Roasted coffee beans must be ground to break the beans into smaller pieces so as to increase the surface area necessary for extraction. The finer the grind size, the faster is the extraction, and vice versa. Depending on the brewing method/equipment, the right size must be adopted so that the rate of extraction is ideal and fewer sediments go into the cup. Due to oxidation that will stale the coffee grounds as soon as the beans are ground, it is always recommended to grind the coffee beans just before brewing and with the right amount. So what are the different types of grinders? Burr and blade grinders.
To start with, the blade grinder is the cheapest and the most straightforward coffee grinder commonly found in most shopping malls. Equipped with a motor and a blade, the user just has to throw in the beans, cover the grinder and press the power button. The grinding blade will rotate, whack through the beans and break them into small pieces. The grind size depends on the duration of the grind, that is, a finer grind is achieved by leaving the grinder on for a few more seconds. A very simple process, but the weakness is the lack of control and consistency of the grind size. Regardless of the duration of the grind, the grounds will contain sizes ranging from powder to chunks. The difference is just the quantity of these sizes.
Next is the burr grinder. There are 2 types of burr grinders: flat blade and conical. The conical burr grinder has 2 cone-shaped burrs facing each other at a distance that determines the grind size. Coffee beans are fed between them and crushed into uniform grind particles when one of the burrs rotates while the other is stationary. The flat blade grinder also comes with 2 flat and parallel blade burrs that provide a shearing effect on the coffee beans, thus achieving a uniform and larger surface area for extraction.
So the choice between blade and burr grinders is obvious: always go for the burr grinders. The next selection criteria are on the different types of burr grinders. Burr grinders can be further categorized based on the speed, dosing capability, and the type of grind adjustment available. In terms of speed, there are (direct drive) high speed, gear-reduction low speed, and direct-drive low-speed grinders.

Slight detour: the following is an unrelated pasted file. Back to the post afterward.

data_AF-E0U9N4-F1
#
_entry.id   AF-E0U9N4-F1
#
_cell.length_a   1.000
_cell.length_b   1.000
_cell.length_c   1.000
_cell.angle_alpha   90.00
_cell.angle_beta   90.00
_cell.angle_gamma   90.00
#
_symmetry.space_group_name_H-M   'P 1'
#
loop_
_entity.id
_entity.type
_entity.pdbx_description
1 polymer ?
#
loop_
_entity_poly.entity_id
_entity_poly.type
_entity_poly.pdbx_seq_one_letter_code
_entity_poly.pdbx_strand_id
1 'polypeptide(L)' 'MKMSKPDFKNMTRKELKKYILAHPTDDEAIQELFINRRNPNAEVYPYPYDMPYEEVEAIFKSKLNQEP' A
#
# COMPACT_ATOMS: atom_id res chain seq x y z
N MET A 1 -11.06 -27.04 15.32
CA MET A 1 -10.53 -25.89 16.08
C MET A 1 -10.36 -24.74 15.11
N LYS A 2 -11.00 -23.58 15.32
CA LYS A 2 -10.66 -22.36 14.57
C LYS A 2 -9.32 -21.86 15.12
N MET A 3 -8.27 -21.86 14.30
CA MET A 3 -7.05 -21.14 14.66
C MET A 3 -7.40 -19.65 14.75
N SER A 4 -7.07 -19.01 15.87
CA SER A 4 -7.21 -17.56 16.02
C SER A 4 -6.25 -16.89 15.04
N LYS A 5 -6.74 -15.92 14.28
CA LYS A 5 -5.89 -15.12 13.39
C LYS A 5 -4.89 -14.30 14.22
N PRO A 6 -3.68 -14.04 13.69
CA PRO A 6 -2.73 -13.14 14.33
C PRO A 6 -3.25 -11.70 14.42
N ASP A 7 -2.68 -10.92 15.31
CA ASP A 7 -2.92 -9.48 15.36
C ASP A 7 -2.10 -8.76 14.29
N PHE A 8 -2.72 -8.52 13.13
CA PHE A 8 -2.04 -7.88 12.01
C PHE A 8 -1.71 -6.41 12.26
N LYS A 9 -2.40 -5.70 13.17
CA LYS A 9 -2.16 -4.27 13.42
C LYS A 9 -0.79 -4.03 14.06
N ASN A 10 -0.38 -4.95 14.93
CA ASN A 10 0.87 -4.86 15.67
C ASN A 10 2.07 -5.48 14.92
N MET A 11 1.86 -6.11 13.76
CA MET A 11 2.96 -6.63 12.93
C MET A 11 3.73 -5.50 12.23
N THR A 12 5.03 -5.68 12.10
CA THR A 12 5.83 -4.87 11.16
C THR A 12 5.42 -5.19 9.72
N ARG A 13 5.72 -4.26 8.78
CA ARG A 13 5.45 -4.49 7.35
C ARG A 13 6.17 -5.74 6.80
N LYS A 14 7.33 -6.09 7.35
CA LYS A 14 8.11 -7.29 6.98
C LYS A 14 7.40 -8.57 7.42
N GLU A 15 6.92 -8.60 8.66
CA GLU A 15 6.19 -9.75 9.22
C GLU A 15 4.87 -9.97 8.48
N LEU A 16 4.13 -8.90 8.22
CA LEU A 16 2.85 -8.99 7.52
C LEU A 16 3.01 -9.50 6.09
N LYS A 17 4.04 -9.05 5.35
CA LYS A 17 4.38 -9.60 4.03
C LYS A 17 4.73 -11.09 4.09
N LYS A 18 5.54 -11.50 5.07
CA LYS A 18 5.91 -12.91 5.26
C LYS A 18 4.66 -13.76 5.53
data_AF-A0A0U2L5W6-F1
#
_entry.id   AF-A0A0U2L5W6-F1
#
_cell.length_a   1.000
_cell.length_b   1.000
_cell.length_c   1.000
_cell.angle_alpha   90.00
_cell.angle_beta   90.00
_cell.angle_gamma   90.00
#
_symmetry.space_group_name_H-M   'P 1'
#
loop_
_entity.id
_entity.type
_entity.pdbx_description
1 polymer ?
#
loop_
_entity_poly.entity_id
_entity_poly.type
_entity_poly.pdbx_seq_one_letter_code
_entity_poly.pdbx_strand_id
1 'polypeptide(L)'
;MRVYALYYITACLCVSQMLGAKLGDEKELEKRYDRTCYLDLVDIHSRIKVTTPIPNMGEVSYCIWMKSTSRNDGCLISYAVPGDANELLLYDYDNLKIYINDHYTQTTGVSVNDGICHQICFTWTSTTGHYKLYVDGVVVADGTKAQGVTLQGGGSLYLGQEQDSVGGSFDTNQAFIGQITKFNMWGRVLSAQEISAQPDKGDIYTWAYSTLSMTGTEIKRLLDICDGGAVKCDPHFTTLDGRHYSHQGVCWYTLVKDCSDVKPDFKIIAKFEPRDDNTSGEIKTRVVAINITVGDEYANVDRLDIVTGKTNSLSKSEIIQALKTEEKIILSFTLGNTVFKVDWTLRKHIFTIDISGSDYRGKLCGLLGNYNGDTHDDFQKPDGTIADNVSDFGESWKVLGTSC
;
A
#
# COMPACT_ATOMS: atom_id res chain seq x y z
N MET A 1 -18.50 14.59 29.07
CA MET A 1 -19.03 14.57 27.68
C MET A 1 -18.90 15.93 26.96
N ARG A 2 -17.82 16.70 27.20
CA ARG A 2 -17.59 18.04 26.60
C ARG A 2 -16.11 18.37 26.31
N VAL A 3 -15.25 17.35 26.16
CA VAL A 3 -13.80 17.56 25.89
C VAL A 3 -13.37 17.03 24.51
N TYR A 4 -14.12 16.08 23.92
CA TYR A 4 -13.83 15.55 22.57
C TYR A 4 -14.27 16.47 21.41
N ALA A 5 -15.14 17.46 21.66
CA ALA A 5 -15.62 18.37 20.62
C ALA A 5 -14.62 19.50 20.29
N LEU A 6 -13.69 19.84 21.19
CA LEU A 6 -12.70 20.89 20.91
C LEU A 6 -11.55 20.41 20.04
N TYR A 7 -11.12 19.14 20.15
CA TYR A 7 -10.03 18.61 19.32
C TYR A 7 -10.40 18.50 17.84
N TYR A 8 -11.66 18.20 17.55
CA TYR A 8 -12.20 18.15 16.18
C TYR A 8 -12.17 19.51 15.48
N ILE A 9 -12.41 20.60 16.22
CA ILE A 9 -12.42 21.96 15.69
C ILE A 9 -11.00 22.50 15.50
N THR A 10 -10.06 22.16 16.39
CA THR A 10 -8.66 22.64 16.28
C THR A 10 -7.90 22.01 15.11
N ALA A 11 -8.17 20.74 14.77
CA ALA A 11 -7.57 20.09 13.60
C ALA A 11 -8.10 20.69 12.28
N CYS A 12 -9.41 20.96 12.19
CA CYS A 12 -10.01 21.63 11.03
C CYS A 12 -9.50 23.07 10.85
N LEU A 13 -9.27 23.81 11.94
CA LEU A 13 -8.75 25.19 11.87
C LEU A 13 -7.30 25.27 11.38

The entry-level burr grinder is the high-speed direct-drive grinder whereby the high-speed motor is connected directly to the burrs. Though high speed, it gives rise to heat that affects the quality of the end grounds, noise that is not so pleasing to the ears, and the static that will lump the grounds into chunks that can adversely affect the packing of the coffee cake in the portafilter when making espresso. Nevertheless, with these disadvantages, these grinders will still do their job of producing uniform grinds at a low price point.
The gear-reduction low-speed and direct-drive low-speed grinders are the best grinders around and are commonly used in commercial setups (such as cafes) and at the home by coffee enthusiasts. They offer little or no static, much lesser or no heat, and quiet operation, all these owing to the low RPM (revolution per minute) of the grinder burr. The gear-reduction low-speed grinder has a high-speed motor connected to the burrs via a set of gears to reduce the speed and maintain the grinding power. The weakness, as expected, is the noisier grind as compared to the direct-drive low-speed grinders. So, if budget permits, go for the direct-drive low-speed grinders such that the La Scala MC4 or the Rancilio Rocky, available on The QARR Shop.
Next in the selection of burr grinders is the choice between doser and doserless grinders. Dosers are designed to handle the volume of coffee in a commercial setup by allowing the barista to grind the beans in batches into a doser container that usually can hold up to around 6 dosages of grounds. A pull on the handle provided will dispense a single dose of grounds. Unless you are having a coffee party, most of the time you will only make one or a couple of cups that do not warrant the need for a doser inadvertently results in wastage of unused grounds, staling of grounds, and additional parts for cleaning after usage.
Advocates of doser will explain that the doser will resolve the static problem created by the grinder, but the need for freshly ground coffee in small quantities outweighs this problem. And the static problem can be easily taken care of if you use a direct-drive low-speed grinder. Personally, I will strongly recommend the home user to go for the doserless grinder.
Finally, on the types of grind size adjustment, there are the stepped and the stepless adjustment grinders. Stepless means that you can have an infinite number of settings in terms of grind sizes. There are no preset stops where the grind setting will stop, as compared to the stepped adjustment grinder. The choice here is subjective and individual, whether you need a guide in terms of the stepped adjustment or you are very particular about the slightest adjustment of the grind size. By the way, having stepped adjustment does not mean that there is a very limited number of steps or adjustments available. Some very good stepped grinders provide more than 50 steps, which in most cases are more than sufficient to satisfy even the most finicky coffee lovers in terms of grind controls.
So the verdict is to go for a doserless, direct-drive low-speed burr grinder. As explained earlier, having a good grinder is the key to a consistent and quality brew, in every cup.